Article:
(d) The Rules also contain a provision prohibiting e-commerce entities from misleading the customers by manipulating search results and indexes. Rules prohibit using of the platform’s brand name for promotion and the use of information collected by it for the sale of goods bearing its brand name as being associated with it if such practice amounts to unfair trade practice. This provision seeks to regulate the issue of preferential listing.

(e) The Rules restrict e-commerce entities from organizing ‘flash sales’. Entities can organize flash sales only when it does not intend to enable only certain sellers. This provision seeks to consider the issue of deep discounting.

(f) The Rules prohibit related parties and associated enterprises to list themselves on the e- commerce platforms as sellers.

The Rules seek to lay down a code for regulating e-commerce entities through the Consumer Protection Act, 2019. However, it seems to add confusion in the pending case as there is already an involvement of three different statutes and regulators. Moreover considering the role of e- commerce entities in an individual’s life, the decision will have a huge impact.

Another backdrop that can be pointed out is the lack of legislation in the Competition Act concerning collective abuse of dominance. Section 4(1) of the Competition Act, 2002 does not recognize the collective abuse of dominance. No other law recognizes such kind of dominance in

India. Various recommendations have been made in this regard that section 4(1) of the said Act should be substituted by ‘No enterprise or group shall abuse dominant position either singly or jointly.’This had led CCI to deny an investigation on the grounds of collective abuse of dominance as alleged by DVM. Therefore, an amendment paves the way to fill the lacunae in the law.

Through analysis, it is evident that collective abuse of dominance did exist in the Amazon, Flipkart case as it satisfies the following factors.

Firstly, both the e-commerce giants jointly have the majority of the market share,

Secondly, both the e-commerce giants have adopted almost similar policies such as preferential listing, promoting private labels, deep discounting, etc. which affected the competitors on the same platform,

Thirdly, implied collusion can be inferred from the conduct of both e-commerce firms. Explicit collusion is prohibited and come under the meaning of ‘agreement’. When the competitors in the market started co-operating with each other instead of competing then collusion takes place. The concept of implied collusion comes into the picture when there is no expressed communication between the two market players.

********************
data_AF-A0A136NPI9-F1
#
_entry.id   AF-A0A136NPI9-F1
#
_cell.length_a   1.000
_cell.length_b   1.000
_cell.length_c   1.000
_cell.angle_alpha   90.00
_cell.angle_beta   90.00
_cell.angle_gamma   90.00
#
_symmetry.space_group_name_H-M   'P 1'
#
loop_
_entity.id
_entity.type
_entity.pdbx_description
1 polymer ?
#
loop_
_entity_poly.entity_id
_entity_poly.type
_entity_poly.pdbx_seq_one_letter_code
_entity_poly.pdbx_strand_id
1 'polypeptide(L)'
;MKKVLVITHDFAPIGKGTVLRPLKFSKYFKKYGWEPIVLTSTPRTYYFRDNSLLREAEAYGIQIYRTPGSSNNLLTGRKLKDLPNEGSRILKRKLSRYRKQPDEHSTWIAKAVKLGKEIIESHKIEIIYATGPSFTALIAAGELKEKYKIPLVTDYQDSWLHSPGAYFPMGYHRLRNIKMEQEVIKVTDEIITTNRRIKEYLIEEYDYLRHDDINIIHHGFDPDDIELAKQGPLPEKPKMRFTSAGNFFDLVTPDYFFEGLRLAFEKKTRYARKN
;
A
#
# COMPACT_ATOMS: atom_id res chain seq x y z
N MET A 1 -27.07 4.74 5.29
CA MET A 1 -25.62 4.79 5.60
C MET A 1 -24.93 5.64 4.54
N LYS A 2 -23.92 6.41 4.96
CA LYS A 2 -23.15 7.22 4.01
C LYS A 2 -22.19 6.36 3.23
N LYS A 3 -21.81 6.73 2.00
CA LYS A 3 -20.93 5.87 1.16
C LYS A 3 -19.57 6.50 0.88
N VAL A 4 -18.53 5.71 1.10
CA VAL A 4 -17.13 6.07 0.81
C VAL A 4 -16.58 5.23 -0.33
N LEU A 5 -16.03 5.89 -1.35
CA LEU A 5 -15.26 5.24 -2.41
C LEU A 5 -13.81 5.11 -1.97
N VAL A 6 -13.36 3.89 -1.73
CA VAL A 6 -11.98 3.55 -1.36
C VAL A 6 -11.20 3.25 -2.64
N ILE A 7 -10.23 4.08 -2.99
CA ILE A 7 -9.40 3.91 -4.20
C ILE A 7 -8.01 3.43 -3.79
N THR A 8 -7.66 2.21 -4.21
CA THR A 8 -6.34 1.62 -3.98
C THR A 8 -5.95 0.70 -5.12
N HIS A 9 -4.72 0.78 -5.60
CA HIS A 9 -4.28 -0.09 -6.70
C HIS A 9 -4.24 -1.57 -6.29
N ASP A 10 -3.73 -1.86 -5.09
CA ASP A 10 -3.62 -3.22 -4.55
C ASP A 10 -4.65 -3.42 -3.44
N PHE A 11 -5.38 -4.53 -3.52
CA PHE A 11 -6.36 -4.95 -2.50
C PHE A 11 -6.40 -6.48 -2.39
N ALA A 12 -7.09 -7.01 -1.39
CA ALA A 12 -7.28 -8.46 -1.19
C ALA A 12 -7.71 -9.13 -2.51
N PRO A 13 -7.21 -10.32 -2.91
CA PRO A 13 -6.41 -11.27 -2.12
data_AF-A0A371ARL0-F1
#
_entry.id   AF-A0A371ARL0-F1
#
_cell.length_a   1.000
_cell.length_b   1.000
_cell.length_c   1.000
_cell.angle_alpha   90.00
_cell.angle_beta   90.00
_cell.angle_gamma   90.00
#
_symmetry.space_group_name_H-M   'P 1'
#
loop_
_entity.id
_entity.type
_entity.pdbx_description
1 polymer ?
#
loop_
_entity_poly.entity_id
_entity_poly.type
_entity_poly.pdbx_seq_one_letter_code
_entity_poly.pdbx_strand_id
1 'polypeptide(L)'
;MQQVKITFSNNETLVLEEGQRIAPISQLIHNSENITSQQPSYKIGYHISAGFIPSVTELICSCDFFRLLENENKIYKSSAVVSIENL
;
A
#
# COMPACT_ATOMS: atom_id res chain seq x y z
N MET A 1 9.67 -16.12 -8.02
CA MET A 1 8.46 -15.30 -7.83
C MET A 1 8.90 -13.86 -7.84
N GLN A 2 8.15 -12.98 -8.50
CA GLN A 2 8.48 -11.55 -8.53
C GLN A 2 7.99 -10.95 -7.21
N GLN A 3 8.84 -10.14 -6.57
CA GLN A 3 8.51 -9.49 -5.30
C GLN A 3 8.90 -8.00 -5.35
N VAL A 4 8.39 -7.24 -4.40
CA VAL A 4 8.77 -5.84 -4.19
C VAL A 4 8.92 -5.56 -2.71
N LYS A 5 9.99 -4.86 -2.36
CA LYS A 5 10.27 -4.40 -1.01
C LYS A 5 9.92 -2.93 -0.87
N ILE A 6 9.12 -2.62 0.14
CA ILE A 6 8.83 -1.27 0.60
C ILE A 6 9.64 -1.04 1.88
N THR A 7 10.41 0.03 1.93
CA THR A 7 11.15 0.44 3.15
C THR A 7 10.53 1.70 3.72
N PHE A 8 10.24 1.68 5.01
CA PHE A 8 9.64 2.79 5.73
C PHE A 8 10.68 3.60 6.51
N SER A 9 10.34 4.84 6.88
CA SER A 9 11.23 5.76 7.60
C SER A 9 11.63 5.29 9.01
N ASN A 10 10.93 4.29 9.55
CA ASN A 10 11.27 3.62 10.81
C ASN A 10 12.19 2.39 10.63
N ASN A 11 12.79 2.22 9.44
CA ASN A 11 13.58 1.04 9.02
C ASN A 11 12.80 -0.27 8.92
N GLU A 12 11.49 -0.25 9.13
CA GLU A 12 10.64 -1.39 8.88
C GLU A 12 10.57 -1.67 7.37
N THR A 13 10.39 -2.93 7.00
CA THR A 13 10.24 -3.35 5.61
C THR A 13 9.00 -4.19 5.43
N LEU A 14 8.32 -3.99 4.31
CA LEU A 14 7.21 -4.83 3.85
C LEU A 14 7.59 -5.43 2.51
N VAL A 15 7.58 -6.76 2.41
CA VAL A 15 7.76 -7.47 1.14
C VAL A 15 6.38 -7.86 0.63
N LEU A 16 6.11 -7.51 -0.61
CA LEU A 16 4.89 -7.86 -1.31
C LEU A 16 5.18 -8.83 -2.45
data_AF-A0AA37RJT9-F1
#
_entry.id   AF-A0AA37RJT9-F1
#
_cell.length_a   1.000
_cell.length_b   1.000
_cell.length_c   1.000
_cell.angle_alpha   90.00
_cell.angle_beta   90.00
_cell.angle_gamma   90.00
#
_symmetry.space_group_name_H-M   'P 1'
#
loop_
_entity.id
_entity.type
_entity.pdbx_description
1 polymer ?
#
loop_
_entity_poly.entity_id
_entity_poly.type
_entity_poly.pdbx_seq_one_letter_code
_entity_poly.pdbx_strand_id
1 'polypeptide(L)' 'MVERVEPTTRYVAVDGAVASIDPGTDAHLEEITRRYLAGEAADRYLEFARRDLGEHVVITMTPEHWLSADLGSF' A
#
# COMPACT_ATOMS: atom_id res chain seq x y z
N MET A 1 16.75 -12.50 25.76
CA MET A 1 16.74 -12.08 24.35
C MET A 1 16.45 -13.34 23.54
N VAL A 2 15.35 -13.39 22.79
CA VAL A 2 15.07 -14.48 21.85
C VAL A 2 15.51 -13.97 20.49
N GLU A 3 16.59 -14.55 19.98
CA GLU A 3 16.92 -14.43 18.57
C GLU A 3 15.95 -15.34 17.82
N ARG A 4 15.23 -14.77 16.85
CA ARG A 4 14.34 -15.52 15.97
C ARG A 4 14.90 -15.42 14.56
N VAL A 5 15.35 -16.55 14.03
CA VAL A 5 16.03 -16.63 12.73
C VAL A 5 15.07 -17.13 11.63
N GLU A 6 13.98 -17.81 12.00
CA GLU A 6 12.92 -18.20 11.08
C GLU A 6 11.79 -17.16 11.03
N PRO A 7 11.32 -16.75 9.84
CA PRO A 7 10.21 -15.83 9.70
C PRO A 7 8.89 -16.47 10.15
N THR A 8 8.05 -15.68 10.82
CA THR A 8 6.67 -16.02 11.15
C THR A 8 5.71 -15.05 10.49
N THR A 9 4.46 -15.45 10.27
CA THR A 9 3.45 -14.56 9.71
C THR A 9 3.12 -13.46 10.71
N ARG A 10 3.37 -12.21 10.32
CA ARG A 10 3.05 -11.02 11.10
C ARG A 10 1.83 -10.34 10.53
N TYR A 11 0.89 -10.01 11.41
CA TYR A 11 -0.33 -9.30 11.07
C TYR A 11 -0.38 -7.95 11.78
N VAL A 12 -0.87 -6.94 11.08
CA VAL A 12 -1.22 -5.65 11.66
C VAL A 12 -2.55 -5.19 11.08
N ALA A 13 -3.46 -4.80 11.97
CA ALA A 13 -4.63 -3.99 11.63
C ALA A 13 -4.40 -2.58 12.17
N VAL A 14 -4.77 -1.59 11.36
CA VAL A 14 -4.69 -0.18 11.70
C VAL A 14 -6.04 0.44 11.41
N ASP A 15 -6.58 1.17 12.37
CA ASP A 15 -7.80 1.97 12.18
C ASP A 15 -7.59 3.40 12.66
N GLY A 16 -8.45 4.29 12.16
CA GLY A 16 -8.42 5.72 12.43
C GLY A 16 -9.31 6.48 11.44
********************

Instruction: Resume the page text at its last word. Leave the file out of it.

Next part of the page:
If in near future any legislation on collective dominance is incorporated, CCI would be empowered in dealing with cases involving collective dominance. Moreover, a retrospective effect to the new law may place Amazon and Flipkart in a situation.

Recently, the Competition watchdog has also issued an order directing the Director-General to investigate the grounds of the anti-trust case against WhatsApp and Facebook.


E-commerce platforms have not only enhanced the standard of living of people but have also brought new challenges. The Competition and Consumer laws in India needed to be modified to address modern obstacles. The introduction of e-commerce rules, 2020 will play a major role in redressing such issues to a great extent. The Ministry of consumer affairs proposed the Consumer Protection (E-Commerce) Rules, 2020 amidst the investigation by CCI against

Amazon and Flipkart. These rules gave clarity on the obligations of e-commerce entities ensuring the protection of consumers as well as the smooth functioning of the industry. Not only Amazon and Flipkart but other e-commerce entities shall also ensure that their acts lie within the framework of these Rules, Competition Act, and FEMA regime.

Aggrieved by the dismissal of their pleas by the single judge of the Karnataka High Court, Amazon and Flipkart appealed to the division bench. On 25th June 2021, the division bench of the Karnataka High Court reserved its order10. Two e-commerce giants will leave no stone unturned to protect their goodwill and market share. On the other hand, CCI and Indian courts will take every possible step to serve justice to micro, small and medium enterprises and protect their interests.

1 Student at KLE Society’s Law College, Bengaluru

2E-commerce Industry in India, Indian Brand Equity Foundation, (July 5, 2021, 11.00 AM), https://www.ibef.org/industry/ecommerce.aspx.
3 Gabriela Barkho, How the Pandemic Strengthened Walmart-Owned Flipkart’sMarketshare, ModernRetail, May 13, 2021, 5:57 PM), https://www.modernretail.co/platforms/how-the-pandemic-strengthened-walmart-owned- flipkarts-marketshare/.
4 Id.

5Amazon seller services Private Ltd, Flipkart internet Private Limited v. CCI, WPN 3363 of 2020.

6 Reuters, Google faces new antitrust case in India on smart TVs, sources say, The Hindu, (Oct. 8, 2020, 5:46 PM) https://www.thehindu.com/sci-tech/technology/google-faces-new-antitrust-case-in-india-over-abuse-in-smart-tvs- market-sources-say/article32794752.ece.
7 Prasid Banerjee, Google faces new antitrust case in India on smart TVs, Livemint, (Oct. 8, 2020, 06:06 AM), https://www.livemint.com/companies/news/google-faces-new-antitrust-case-in-india-on-smart-tvs- 11602116962927.html.
8Delhi vyaparMahasangh v. Flipkart Internet Pvt Limited and another (CCI) & Amazon Seller service Private Ltd vs. Competition Commission of India, Analysis of competition cases in India, (July 10, 2021, 1:42 PM), https://cuts-ccier.org/pdf/Edition-16-Analysis_of_Competition_Cases_in_India.pdf.

9 Companies Act, 2013, § 2(76).

10 Lexterz Laboratory, Karnataka High court division Bench reserves judgment in appeals filed by Amazon and Flipkart,Lexterz Laboratory, (July 4, 1:57 PM), https://lexterz.com/karnataka-high-court-division-bench-reserves- judgment-in-appeals-filed-by-amazon-and-flipkart/.